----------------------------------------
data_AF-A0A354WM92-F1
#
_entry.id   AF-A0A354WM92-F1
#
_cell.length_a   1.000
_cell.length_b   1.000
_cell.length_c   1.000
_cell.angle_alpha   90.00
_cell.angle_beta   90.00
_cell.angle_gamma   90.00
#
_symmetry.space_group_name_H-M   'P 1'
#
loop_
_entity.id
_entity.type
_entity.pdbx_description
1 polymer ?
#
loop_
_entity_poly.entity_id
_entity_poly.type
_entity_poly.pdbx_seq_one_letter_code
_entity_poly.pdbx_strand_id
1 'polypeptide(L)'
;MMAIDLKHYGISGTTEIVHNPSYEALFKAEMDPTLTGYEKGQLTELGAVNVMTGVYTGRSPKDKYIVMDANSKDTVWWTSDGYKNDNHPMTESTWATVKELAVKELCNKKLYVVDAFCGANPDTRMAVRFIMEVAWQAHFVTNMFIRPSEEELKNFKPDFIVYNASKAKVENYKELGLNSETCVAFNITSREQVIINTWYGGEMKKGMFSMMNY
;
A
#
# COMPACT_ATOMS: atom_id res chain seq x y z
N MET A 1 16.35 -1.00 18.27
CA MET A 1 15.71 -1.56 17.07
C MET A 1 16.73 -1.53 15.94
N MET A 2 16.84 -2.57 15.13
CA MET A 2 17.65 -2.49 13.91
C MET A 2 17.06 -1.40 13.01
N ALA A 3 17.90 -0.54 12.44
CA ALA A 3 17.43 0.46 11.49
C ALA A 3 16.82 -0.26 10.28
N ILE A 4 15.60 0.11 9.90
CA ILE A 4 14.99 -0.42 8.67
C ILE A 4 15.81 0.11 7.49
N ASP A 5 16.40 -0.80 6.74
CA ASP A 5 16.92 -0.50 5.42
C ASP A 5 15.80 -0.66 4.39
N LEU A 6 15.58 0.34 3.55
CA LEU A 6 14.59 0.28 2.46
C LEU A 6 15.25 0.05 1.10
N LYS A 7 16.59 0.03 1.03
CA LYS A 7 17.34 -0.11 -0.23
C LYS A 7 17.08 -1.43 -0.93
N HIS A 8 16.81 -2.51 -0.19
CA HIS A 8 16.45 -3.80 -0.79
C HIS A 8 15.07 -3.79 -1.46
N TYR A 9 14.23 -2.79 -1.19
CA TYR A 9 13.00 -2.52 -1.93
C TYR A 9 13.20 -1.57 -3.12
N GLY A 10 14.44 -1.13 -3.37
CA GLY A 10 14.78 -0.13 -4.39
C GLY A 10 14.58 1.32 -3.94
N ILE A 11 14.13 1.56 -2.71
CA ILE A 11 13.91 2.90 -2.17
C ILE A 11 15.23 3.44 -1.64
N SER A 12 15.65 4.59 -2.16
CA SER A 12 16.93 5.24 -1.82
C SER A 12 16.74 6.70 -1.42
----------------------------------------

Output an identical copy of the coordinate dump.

data_AF-A0A354WM92-F1
#
_entry.id   AF-A0A354WM92-F1
#
_cell.length_a   1.000
_cell.length_b   1.000
_cell.length_c   1.000
_cell.angle_alpha   90.00
_cell.angle_beta   90.00
_cell.angle_gamma   90.00
#
_symmetry.space_group_name_H-M   'P 1'
#
loop_
_entity.id
_entity.type
_entity.pdbx_description
1 polymer ?
#
loop_
_entity_poly.entity_id
_entity_poly.type
_entity_poly.pdbx_seq_one_letter_code
_entity_poly.pdbx_strand_id
1 'polypeptide(L)'
;MMAIDLKHYGISGTTEIVHNPSYEALFKAEMDPTLTGYEKGQLTELGAVNVMTGVYTGRSPKDKYIVMDANSKDTVWWTSDGYKNDNHPMTESTWATVKELAVKELCNKKLYVVDAFCGANPDTRMAVRFIMEVAWQAHFVTNMFIRPSEEELKNFKPDFIVYNASKAKVENYKELGLNSETCVAFNITSREQVIINTWYGGEMKKGMFSMMNY
;
A
#
# COMPACT_ATOMS: atom_id res chain seq x y z
N MET A 1 16.35 -1.00 18.27
CA MET A 1 15.71 -1.56 17.07
C MET A 1 16.73 -1.53 15.94
N MET A 2 16.84 -2.57 15.13
CA MET A 2 17.65 -2.49 13.91
C MET A 2 17.06 -1.40 13.01
N ALA A 3 17.90 -0.54 12.44
CA ALA A 3 17.43 0.46 11.49
C ALA A 3 16.82 -0.26 10.28
N ILE A 4 15.60 0.11 9.90
CA ILE A 4 14.99 -0.42 8.67
C ILE A 4 15.81 0.11 7.49
N ASP A 5 16.40 -0.80 6.74
CA ASP A 5 16.92 -0.50 5.42
C ASP A 5 15.80 -0.66 4.39
N LEU A 6 15.58 0.34 3.55
CA LEU A 6 14.59 0.28 2.46
C LEU A 6 15.25 0.05 1.10
N LYS A 7 16.59 0.03 1.03
CA LYS A 7 17.34 -0.11 -0.23
C LYS A 7 17.08 -1.43 -0.93
N HIS A 8 16.81 -2.51 -0.19
CA HIS A 8 16.45 -3.80 -0.79
C HIS A 8 15.07 -3.79 -1.46
N TYR A 9 14.23 -2.79 -1.19
CA TYR A 9 13.00 -2.52 -1.93
C TYR A 9 13.20 -1.57 -3.12
N GLY A 10 14.44 -1.13 -3.37
CA GLY A 10 14.78 -0.13 -4.39
C GLY A 10 14.58 1.32 -3.94
N ILE A 11 14.13 1.56 -2.71
CA ILE A 11 13.91 2.90 -2.17
C ILE A 11 15.23 3.44 -1.64
N SER A 12 15.65 4.59 -2.16
CA SER A 12 16.93 5.24 -1.82
C SER A 12 16.74 6.70 -1.42